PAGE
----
Again, it’s what you make of it. The rooms are nice – they have two tables, a double bed, a TV, a generous pantry. But some rooms become much nicer than others. You can really utilize the space. I’ve seen some amazing set-ups. Personally, I’ve added several pieces of furniture in the bedroom, all quite cheap and from K-mart, and it gives much more storage space than I need so I can keep everything organized. There is plenty of space for furniture in the corners. I use the sliding doors to put up notes and mind maps. You can add a small library, some plants, a gaming set-up, some lights above the bed, or anything else you like, and it really shapes up.
What about the facilities?
The laundry room is on the lower ground and is really big. I’ve never had to wait to do laundry. You do need coins to operate the machines. If you ask nicely at IGA, they will usually give you up to 10 dollars in change. The best thing is to go to the bank and get a lot of 1 or 2 dollar coins. Or you can do what I do – go to Errol St and easily switch out bills for coins at a machine inside the coin laundry. There is a courtyard with a bike store for anyone with a bike, you will just need to register your bike at reception and get a lock.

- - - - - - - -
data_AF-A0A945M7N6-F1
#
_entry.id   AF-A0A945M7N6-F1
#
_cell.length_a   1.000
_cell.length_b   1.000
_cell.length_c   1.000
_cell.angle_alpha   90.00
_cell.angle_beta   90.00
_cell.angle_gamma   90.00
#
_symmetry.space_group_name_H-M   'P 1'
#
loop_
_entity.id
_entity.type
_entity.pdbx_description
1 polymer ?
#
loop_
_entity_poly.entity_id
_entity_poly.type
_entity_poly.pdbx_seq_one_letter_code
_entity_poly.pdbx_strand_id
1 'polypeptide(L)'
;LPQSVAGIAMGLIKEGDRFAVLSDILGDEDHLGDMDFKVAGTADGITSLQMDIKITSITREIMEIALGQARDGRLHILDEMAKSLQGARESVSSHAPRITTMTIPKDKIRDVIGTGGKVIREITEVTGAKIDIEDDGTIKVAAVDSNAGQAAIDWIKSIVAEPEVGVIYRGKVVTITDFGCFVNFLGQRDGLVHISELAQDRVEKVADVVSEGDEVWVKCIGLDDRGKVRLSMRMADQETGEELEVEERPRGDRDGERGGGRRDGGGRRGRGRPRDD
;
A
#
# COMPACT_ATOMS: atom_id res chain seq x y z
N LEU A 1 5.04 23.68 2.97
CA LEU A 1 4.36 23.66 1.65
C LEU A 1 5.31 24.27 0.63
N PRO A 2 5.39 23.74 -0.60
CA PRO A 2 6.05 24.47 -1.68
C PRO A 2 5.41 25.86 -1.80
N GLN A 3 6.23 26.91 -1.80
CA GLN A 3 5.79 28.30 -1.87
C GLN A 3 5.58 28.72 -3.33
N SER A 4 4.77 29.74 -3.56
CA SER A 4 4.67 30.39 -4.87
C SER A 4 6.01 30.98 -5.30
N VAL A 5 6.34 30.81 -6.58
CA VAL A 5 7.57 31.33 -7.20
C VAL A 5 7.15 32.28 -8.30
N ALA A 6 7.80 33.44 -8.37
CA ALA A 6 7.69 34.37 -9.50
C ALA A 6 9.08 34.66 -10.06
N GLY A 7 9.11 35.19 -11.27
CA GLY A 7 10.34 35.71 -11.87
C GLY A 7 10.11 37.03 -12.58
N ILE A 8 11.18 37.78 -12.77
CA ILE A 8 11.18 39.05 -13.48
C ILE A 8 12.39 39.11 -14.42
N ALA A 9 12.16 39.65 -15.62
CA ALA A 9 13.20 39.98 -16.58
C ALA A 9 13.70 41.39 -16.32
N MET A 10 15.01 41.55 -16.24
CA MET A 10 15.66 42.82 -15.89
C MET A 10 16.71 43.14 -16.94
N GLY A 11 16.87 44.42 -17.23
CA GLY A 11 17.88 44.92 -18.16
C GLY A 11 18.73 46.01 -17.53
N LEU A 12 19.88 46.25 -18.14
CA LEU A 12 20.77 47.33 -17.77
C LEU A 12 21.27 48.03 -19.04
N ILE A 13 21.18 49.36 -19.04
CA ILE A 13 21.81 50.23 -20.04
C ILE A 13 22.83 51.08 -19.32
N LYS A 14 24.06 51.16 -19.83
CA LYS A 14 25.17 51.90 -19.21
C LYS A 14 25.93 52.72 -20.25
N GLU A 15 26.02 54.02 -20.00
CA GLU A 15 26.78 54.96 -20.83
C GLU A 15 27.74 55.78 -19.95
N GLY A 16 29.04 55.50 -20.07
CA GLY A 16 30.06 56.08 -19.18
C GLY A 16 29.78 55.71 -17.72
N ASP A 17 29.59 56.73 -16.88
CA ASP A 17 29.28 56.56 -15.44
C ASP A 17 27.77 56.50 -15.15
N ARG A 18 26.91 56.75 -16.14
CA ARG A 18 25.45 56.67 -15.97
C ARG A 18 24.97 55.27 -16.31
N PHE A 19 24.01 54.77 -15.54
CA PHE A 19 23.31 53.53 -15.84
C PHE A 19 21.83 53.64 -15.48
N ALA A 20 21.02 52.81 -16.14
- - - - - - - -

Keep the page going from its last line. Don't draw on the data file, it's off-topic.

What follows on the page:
We have a very comfortable, colourful common area on the lower ground with a great TV. There are also common areas on L2&L3 (these are linked and to the right of the elevator) and on L4&L5 (these are also linked, and to the left of the elevator at the end of the corridor). L2&L4 both have TVs and couches. I’ve often hooked up a Nintendo Switch and played with people there. There is also a BBQ area on L6 where we sometimes host events and it has a great view of the city.
Recycling bins are sometimes in the courtyard and sometimes in Lt George St right outside the building to the right (that’s where they are now).
Can you tell us a bit about the maintenance of the building?
As an RA, I notice that a few lights in the corridors here and there stop working and then get fixed. Other than that there is nothing to mention. I believe it is one of the cleanest UniLodge buildings. A cleaner comes every day. The common areas are always clean and rarely busy. If there are any issues in your room, contact reception, fill out the maintenance form and it will get fixed.